It’s amazing how absent-minded I am on the squash court. At the last two Sunday one-hour clinics, the instructor teaches us shots and strategies, we practice them for 15 minutes, and then we play games against each other with the intent of using them in a contest. What’s unbelievable is that I forget to do them, whether it’s a high lob to the back court—I finally remembered after 3 1/2 games last week— or a rail or drop shot on the side of the court opposite my opponent, when I am returning serve.

I just can’t remember. Today I was in the third losing game before I realized the other guy was a lefty, and that I had been serving to his forehand each time. And hitting to that side of the court as well. What the hell is this dumbness all about? It’s nuts to be so completely thoughtless and unaware. As I was leaving the courts after two hours, I saw someone flick his wrist a certain way and then, finally, realized I was hitting my backhand wrong.

How can I be so out to lunch? Is it nervousness that is to be expected, when attempting a new sport or task? While feeling sorry for myself and whining to a friend, he told me to have patience, that it takes 10,000 hours to become a master at something, that I have only been playing squash for under two years. Nevertheless, I am still pissed and disgusted. It’s pathetic to lose awareness to such a degree.

Maybe this is what many folks experience in daily life, when doing their job, dating, or handling the logistics of everyday chores: they forget what wise or experienced people have told them. They aren’t sure what to say, which decision to pick, what shirt would look best, etc. I don’t have problems with a lot of those challenges.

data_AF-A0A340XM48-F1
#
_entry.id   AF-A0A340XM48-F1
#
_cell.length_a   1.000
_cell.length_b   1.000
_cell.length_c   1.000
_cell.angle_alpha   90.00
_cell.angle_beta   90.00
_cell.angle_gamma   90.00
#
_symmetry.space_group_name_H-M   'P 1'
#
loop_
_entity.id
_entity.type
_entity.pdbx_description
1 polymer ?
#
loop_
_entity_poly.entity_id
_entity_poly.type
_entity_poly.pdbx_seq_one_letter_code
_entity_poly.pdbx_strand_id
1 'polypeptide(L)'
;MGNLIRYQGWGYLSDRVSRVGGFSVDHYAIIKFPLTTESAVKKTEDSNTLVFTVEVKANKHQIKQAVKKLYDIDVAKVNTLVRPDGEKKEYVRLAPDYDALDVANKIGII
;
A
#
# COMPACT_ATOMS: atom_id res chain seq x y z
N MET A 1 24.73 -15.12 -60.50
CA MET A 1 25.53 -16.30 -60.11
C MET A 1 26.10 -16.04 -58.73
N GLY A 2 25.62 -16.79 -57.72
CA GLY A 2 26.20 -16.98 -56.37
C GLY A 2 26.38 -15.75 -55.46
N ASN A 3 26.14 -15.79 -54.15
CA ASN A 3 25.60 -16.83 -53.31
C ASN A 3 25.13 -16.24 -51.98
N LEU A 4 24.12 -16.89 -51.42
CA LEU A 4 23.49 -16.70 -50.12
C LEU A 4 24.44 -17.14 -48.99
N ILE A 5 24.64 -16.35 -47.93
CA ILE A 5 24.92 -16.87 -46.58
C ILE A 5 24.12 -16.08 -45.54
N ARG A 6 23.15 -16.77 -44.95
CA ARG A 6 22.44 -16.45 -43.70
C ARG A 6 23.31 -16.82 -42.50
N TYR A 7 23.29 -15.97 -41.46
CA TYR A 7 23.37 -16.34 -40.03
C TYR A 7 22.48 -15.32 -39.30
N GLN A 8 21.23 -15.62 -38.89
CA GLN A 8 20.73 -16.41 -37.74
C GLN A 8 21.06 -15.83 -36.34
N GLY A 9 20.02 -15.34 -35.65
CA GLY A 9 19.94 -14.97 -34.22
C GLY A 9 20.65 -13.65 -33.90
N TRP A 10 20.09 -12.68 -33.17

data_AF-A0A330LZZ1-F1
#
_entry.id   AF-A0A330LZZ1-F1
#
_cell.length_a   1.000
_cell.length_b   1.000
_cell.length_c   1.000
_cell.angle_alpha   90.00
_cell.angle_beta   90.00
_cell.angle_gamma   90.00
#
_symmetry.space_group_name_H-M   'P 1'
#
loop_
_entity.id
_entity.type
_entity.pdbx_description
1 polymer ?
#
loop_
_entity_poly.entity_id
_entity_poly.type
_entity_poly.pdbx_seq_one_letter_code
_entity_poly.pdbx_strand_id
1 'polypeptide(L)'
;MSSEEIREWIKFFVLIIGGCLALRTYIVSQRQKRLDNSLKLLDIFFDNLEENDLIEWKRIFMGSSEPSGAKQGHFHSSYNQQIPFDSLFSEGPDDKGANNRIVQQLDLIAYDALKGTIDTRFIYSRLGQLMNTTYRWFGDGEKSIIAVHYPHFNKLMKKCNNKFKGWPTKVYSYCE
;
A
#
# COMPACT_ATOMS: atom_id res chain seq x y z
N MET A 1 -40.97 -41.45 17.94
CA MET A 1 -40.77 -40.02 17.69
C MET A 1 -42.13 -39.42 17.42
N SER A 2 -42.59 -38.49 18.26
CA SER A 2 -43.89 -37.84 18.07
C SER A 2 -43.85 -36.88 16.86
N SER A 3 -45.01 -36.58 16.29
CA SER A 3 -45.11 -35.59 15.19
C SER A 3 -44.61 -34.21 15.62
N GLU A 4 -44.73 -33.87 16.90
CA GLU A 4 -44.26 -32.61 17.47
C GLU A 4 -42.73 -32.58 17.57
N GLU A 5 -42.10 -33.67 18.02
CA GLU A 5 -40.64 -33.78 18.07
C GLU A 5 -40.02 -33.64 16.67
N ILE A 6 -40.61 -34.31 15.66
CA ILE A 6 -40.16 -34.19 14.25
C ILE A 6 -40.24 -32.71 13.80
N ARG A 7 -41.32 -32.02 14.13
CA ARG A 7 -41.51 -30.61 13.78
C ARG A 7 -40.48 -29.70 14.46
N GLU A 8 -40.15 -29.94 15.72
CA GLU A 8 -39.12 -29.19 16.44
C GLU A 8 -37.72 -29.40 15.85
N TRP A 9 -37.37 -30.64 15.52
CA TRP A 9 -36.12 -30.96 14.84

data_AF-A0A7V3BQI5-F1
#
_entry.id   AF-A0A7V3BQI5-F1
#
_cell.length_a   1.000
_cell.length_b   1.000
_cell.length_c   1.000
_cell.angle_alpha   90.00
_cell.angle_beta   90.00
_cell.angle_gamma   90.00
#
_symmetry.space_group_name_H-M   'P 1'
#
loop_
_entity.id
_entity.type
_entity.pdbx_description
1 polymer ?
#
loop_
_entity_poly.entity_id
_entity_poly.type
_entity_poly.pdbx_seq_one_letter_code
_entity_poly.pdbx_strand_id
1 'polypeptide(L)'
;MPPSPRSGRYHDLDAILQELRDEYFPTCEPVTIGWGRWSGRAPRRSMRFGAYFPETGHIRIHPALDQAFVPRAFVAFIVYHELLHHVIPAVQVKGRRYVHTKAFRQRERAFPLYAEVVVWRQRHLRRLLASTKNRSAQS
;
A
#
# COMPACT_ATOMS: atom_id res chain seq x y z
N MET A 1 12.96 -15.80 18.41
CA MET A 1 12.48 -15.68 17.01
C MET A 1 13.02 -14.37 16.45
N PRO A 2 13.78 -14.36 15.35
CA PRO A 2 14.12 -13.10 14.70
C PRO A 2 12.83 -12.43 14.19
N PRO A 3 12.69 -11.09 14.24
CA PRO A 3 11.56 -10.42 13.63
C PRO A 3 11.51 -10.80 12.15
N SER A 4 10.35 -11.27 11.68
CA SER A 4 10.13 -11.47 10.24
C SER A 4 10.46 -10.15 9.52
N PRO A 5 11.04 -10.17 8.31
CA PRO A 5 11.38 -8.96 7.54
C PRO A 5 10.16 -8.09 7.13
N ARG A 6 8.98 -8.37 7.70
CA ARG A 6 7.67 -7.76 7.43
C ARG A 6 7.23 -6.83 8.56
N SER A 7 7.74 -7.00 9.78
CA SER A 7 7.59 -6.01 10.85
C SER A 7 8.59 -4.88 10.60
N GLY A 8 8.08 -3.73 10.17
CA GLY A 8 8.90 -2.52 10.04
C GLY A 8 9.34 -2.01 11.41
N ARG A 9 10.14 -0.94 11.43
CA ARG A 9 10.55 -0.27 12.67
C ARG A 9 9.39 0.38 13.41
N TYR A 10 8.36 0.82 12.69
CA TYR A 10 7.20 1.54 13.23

But I am a complete ignoramus on the squash court. In tennis I can now often see an opening and control my body in time to hit the ball there. I just have to stay with it in squash.

I am reminded of an article I read today about tennis champion Martina Navratilova, who attempted to climb Mount Kilmanjaro and failed to reach the top. She couldn’t breathe and was carried down on a stretcher.

Nothing about the experience, she insisted, had altered her definition of success, which despite her countless trophies and record 59 Grand Slam titles has never revolved solely around winning. “I’ve always said, ‘The only failure is when you fail to try,’ ” Navratilova said. “The other failure would be not giving your best effort. And I feel I did both: I tried and gave my very best effort. It just wasn’t meant to be.”

I am not sure I agree with her last sentence, suggesting the result was more fate than personal failure, but I like the part about how you have to make the attempt and give it your best effort. If only I could remember a few of these pointers for improving my squash game, then I would feel that I gave it my best effort…even if I lost, as I did all 10 games among three players today. Patience…and practice. Have to build that muscle memory. 10,000 hours, here I come…